Tina Turner Opens Up About Her Suicide Attempt During Her Marriage to Ike Turner

Turner’s new tell-all memoir, My Love Story, is due out this month.

Photo of Tina TURNER
Photo by Getty.

In a new excerpt from her forthcoming memoir, Tina Turner reveals she attempted suicide at the lowest point of her relationship with her allegedly abusive ex-husband, Ike Turner.

My Love Story, due out October 16, charts Turner’s personal and professional life, from her teenage years to the present, in her own words—and in the autobiography, she spares no words for her husband of 16 years. They first met when she was 17 and he, 25, and became involved several years later. But as Turner tells it, their relationship, at least for Ike, was financially motivated: Her first studio recording with his band raked in $25,000, and Ike immediately recognized the profit opportunity. “My relationship with Ike was doomed the day he figured out I was going to be his moneymaker,” Turner wrote in an excerpt published by People magazine on Saturday. “He needed to control me, economically and psychologically, so I could never leave him.”

To illustrate Ike’s physical and emotional abuse, Turner uses a specific example: when he coerced her into changing her name from Anna Mae Bullock to Tina Turner. “I said I didn’t want to change my name,” she wrote. “First, he was verbally abusive. Then, he picked up a wooden shoe stretcher. Ike knew what he was doing. If you play guitar, you never use your fists in a fight. He used the shoe stretcher to strike me in the head—always the head,” she continued, describing their relationship as “a mockery” of a partnership. “I was so shocked I started to cry. Ike ordered me to get on the bed. I hated him at that moment. The very last thing I wanted to do was make love, if you could call it that. When he finished, I laid there with a swollen head, thinking, ‘You’re pregnant and you have no place to go. You really have gotten yourself into something now.’”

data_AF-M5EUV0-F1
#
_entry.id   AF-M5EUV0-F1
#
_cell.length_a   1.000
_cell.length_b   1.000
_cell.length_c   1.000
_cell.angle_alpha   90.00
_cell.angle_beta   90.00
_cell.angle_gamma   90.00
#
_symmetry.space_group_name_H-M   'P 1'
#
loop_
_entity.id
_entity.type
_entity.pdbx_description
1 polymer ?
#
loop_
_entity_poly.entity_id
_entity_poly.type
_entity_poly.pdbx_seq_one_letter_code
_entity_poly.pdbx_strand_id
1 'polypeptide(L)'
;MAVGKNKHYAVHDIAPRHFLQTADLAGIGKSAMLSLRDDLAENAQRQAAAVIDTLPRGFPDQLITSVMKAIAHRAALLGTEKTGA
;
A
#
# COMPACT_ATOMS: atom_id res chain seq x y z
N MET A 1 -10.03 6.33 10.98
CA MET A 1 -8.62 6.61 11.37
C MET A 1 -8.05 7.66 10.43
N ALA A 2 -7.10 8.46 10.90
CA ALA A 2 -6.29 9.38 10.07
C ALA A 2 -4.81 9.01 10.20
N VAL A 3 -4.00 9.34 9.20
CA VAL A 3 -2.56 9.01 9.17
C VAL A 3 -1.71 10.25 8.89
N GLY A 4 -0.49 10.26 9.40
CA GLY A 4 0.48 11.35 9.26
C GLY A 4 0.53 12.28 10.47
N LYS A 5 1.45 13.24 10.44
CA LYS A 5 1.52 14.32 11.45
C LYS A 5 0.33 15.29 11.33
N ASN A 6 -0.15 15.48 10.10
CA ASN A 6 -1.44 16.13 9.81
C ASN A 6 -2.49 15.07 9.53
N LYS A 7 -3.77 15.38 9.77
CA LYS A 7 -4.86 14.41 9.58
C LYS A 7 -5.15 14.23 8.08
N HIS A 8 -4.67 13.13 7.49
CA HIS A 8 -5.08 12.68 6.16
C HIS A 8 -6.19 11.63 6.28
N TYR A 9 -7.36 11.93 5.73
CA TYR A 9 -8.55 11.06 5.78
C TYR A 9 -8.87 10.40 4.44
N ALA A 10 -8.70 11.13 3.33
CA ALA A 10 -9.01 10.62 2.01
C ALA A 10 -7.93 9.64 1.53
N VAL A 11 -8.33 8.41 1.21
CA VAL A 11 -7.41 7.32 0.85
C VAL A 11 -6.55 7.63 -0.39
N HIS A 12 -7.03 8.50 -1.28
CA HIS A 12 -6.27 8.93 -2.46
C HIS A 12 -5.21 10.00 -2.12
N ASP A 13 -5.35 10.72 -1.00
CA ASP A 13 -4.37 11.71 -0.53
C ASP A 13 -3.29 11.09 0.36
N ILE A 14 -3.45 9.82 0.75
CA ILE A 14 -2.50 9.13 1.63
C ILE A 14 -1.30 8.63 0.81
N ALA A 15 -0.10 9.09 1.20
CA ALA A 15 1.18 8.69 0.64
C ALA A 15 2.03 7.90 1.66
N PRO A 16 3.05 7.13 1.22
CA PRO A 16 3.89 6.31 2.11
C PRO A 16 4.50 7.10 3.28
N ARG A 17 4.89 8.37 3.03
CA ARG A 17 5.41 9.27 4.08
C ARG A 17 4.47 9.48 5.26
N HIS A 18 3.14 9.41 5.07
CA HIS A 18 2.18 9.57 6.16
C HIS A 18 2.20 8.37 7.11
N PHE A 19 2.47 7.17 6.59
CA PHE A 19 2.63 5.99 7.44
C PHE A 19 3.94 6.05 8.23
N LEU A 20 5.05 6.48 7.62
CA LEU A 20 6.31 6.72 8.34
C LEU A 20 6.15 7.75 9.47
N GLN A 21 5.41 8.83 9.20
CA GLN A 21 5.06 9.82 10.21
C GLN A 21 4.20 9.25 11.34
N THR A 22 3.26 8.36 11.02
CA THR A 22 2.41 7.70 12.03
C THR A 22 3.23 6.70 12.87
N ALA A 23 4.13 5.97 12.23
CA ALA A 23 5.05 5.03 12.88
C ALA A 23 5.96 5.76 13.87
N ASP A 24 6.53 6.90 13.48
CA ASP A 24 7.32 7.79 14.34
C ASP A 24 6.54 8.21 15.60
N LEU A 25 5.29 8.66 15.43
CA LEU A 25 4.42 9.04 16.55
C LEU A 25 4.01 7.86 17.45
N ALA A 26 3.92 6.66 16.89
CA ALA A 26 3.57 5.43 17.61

Eventually, she sought out a doctor, who prescribed her sleeping pills when she said she “was having trouble sleeping.” After dinner that night, she took the whole bottle. “I was unhappy when I woke up,” she wrote. “But I came out of the darkness believing I was meant to survive.”

And survive she would: After she fled her husband in 1978, at 39 years old, she eventually married Erwin Bach, her present husband, in 2013. Bach, she described in another extract from the autobiography, went so far as to donate a kidney when hers began to fail after she struggled with kidney disease. She was “overwhelmed by the enormity of his offer,” she wrote, according to Page Six.

“Considering my age,” she wrote, “my gender, my color, and the times we lived in, everything was strong winds against me. But you keep going.”